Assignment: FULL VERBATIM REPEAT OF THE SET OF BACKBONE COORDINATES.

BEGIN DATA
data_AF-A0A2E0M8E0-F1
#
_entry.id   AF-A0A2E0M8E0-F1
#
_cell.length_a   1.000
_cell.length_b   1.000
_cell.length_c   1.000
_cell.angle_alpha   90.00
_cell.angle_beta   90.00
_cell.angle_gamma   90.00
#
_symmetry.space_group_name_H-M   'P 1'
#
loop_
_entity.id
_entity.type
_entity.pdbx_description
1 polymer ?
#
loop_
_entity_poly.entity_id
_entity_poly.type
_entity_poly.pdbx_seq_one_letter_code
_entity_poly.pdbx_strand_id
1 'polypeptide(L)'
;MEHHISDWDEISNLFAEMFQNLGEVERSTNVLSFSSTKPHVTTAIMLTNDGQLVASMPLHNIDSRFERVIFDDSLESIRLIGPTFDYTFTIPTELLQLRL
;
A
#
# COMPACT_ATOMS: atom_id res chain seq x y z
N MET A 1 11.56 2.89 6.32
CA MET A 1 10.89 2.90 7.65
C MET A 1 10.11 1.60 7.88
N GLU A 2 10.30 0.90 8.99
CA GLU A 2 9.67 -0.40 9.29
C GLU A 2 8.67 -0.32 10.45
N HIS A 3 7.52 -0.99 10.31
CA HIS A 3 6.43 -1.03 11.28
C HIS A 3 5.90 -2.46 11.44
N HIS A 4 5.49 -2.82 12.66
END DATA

data_AF-A0A2E0M8E0-F1
#
_entry.id   AF-A0A2E0M8E0-F1
#
_cell.length_a   1.000
_cell.length_b   1.000
_cell.length_c   1.000
_cell.angle_alpha   90.00
_cell.angle_beta   90.00
_cell.angle_gamma   90.00
#
_symmetry.space_group_name_H-M   'P 1'
#
loop_
_entity.id
_entity.type
_entity.pdbx_description
1 polymer ?
#
loop_
_entity_poly.entity_id
_entity_poly.type
_entity_poly.pdbx_seq_one_letter_code
_entity_poly.pdbx_strand_id
1 'polypeptide(L)'
;MEHHISDWDEISNLFAEMFQNLGEVERSTNVLSFSSTKPHVTTAIMLTNDGQLVASMPLHNIDSRFERVIFDDSLESIRLIGPTFDYTFTIPTELLQLRL
;
A
#
# COMPACT_ATOMS: atom_id res chain seq x y z
N MET A 1 11.56 2.89 6.32
CA MET A 1 10.89 2.90 7.65
C MET A 1 10.11 1.60 7.88
N GLU A 2 10.30 0.90 8.99
CA GLU A 2 9.67 -0.40 9.29
C GLU A 2 8.67 -0.32 10.45
N HIS A 3 7.52 -0.99 10.31
CA HIS A 3 6.43 -1.03 11.28
C HIS A 3 5.90 -2.46 11.44
N HIS A 4 5.49 -2.82 12.66